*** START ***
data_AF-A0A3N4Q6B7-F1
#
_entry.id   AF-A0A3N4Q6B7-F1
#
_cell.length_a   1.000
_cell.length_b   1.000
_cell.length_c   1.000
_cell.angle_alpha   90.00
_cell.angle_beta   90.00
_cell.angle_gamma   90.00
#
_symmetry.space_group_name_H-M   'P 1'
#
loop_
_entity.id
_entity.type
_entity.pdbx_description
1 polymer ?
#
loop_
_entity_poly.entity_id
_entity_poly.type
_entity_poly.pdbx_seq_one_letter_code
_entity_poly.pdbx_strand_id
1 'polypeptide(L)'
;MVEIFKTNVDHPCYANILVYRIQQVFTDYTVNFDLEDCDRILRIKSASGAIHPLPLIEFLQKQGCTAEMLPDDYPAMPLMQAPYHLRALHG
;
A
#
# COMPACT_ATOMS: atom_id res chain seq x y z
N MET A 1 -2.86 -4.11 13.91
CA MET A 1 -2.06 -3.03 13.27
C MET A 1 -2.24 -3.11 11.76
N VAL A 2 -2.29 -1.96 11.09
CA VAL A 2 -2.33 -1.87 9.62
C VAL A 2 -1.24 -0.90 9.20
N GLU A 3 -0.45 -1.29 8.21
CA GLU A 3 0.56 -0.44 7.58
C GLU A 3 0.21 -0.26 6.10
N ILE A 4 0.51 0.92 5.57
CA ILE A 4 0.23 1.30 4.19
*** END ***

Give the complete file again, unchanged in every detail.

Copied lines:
data_AF-A0A3N4Q6B7-F1
#
_entry.id   AF-A0A3N4Q6B7-F1
#
_cell.length_a   1.000
_cell.length_b   1.000
_cell.length_c   1.000
_cell.angle_alpha   90.00
_cell.angle_beta   90.00
_cell.angle_gamma   90.00
#
_symmetry.space_group_name_H-M   'P 1'
#
loop_
_entity.id
_entity.type
_entity.pdbx_description
1 polymer ?
#
loop_
_entity_poly.entity_id
_entity_poly.type
_entity_poly.pdbx_seq_one_letter_code
_entity_poly.pdbx_strand_id
1 'polypeptide(L)'
;MVEIFKTNVDHPCYANILVYRIQQVFTDYTVNFDLEDCDRILRIKSASGAIHPLPLIEFLQKQGCTAEMLPDDYPAMPLMQAPYHLRALHG
;
A
#
# COMPACT_ATOMS: atom_id res chain seq x y z
N MET A 1 -2.86 -4.11 13.91
CA MET A 1 -2.06 -3.03 13.27
C MET A 1 -2.24 -3.11 11.76
N VAL A 2 -2.29 -1.96 11.09
CA VAL A 2 -2.33 -1.87 9.62
C VAL A 2 -1.24 -0.90 9.20
N GLU A 3 -0.45 -1.29 8.21
CA GLU A 3 0.56 -0.44 7.58
C GLU A 3 0.21 -0.26 6.10
N ILE A 4 0.51 0.92 5.57
CA ILE A 4 0.23 1.30 4.19